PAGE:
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Taller Wind Turbines Boost State Energy Self-Reliance

A story in the Minneapolis Star Tribune highlights the increasingly common use of 100 meter wind turbines for new wind power projects, up from the previous 80 meter standard.  The technological change grabs more wind energy, with consistently higher wind speeds at higher altitudes, meaning states can get even more power from a similar number of turbines. In our 2010 report Energy Self-Reliant States, we illustrated the potential for state self-reliance on wind power with the following map, using NREL data that assumed turbine heights of 80 meters (and a minimum capacity factor of 35%, to be conservative).  The following …

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The Most Amazing, Interactive U.S. Solar Grid Parity Map

Within a decade, 300,000 megawatts of unsubsidized local solar power could compete with utility electricity prices in almost every state, enough clean energy to produce 10% of U.S. electricity.  Grid parity is building like a relentless wave, but how much solar is at parity today?  In 2016?  In 2020?  On homes or businesses?  With incentives or without? Answer all of these questions with the Greatest, Most Interactive U.S. Solar Grid Parity Map from the Institute for Local Self-Reliance.  Click the link or the map image below to interact. For more on the data behind the map, see ILSR’s Rooftop Revolution …

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Who Should Pay the Costs of Climate Disasters?

By David Morris, Institute for Local Self-Reliance Who should pay the costs of climate disasters?  In light of the current debate in the United States about federal assistance to Hurricane Sandy victims and the recent debate at the recent Doha Climate Conference about international assistance for climate change victims, that has become an increasingly pressing question for humankind. The frequency and cost of natural disasters is rapidly increasing. Since the 1980s the number of billion dollar natural disasters in the United States has tripled from two to six.  In 2011 there were 14 separate $1 billion plus weather events and …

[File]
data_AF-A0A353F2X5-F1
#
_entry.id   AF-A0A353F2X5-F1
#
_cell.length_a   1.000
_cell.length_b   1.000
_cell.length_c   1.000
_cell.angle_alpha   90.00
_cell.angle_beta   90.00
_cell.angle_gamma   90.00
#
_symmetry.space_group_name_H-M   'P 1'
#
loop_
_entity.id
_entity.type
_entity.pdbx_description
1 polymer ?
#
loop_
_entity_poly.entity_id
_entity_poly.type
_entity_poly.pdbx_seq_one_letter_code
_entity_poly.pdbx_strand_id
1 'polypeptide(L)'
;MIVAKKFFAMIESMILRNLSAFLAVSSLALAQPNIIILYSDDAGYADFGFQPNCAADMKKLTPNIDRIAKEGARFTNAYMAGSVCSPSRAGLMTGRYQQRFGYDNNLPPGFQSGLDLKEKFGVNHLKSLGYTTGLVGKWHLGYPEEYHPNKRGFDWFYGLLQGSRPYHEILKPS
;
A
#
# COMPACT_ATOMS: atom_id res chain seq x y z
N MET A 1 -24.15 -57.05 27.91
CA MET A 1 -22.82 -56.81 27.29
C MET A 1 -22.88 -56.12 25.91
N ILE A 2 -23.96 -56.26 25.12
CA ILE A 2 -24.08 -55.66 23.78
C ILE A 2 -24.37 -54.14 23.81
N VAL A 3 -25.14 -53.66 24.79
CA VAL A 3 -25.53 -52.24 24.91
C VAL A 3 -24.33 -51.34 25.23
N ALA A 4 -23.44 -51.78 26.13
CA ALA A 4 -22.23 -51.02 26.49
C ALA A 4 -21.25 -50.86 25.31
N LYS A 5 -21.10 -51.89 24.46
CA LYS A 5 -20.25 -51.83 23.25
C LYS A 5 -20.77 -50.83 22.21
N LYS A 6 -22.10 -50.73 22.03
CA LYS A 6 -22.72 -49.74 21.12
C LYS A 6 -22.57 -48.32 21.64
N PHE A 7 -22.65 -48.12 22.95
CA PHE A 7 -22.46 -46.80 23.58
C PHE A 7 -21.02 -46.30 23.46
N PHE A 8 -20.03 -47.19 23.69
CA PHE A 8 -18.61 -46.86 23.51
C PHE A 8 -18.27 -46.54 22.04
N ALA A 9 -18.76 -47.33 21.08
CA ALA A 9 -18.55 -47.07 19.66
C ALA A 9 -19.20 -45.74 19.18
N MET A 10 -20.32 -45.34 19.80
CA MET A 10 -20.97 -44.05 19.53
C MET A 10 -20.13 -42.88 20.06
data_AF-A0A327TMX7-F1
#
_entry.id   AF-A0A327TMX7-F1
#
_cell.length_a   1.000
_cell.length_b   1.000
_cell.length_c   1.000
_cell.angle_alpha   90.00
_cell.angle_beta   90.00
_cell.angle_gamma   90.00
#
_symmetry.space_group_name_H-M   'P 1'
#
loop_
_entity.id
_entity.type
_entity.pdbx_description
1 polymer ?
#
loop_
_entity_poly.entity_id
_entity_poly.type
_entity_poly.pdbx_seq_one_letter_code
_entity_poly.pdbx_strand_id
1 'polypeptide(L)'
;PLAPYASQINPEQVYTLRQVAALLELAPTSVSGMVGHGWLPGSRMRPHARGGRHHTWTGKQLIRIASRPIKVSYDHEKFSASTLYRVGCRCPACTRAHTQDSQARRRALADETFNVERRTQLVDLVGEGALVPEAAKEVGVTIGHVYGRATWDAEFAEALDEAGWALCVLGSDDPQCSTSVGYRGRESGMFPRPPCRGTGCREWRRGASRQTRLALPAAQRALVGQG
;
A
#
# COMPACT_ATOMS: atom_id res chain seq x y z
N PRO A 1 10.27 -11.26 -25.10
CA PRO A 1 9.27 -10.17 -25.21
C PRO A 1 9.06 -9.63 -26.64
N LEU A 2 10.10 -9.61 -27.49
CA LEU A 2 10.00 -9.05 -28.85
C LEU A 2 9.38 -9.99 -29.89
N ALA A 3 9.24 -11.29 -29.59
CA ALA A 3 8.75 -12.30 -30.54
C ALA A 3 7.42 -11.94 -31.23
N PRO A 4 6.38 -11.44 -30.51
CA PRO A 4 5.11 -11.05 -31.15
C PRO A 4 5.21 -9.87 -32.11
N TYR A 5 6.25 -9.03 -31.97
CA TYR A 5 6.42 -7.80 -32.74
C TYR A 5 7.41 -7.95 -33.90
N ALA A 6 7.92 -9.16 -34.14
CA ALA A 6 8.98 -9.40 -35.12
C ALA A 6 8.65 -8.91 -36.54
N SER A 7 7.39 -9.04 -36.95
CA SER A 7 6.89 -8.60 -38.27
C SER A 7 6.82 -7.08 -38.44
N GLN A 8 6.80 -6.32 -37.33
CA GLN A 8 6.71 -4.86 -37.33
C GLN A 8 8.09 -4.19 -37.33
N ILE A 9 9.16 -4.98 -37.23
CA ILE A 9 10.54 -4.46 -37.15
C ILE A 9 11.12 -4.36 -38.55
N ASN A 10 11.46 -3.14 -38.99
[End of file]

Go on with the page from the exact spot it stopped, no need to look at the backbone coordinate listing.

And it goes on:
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Is Your Utility Ready for a Solar Rooftop Revolution?

Within a decade, more than 35 million buildings may be generating their own solar electricity (without subsidies) at prices lower than their utility offers, sufficient to power almost 10% of the country. That’s the powerful headline from the Institute for Local Self-Reliance’s latest report, Commercial Rooftop Revolution. Despite the opportunity, utilities, regulators, and policy makers are largely unprepared for the surge of local solar power. See a summary of the report in the slides below (or read on): Is Your Utility Ready for a Solar Rooftop Revolution? from John Farrell In Minnesota, for example, the state’s largest utility expects just …

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Minnesota’s First Community Solar Project Doubles Down on Local

As community solar grows in popularity, an innovative solar project by the Wright-Hennepin Cooperative Electric Association in Minnesota highlights the opportunity of merging local ownership with locally assembled solar panels. Earlier this fall, this cooperative serving communities just north and west of the Twin Cities metropolitan area announced Minnesota’s first community solar project.  The 40 kilowatt (kW) solar array will be located at the cooperative’s headquarters, with members allowed to purchase individual panels in the project for $869 per 180 Watt panel.   In exchange, members will receive a credit on their bill equal to the electricity production of their portion of …

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Get Ready, Utilities: Solar is Coming

Quick question.  Your state has good sunshine, lots of open rooftops, and the cost of solar energy has been falling by 10% per year.  Do you think it will take 13 years to double the 10 megawatts (MW) of installed solar power? Yes, if you're the largest corporate utility in my state, and willfully ignoring the economic trend.  But 'no' if you make decisions based on data, because the price of unsubsidized solar electricity will undercut most utility retail electricity prices within a decade, enabling 200 times more solar (4,400 MW) than found in this utility's plans. That's just one …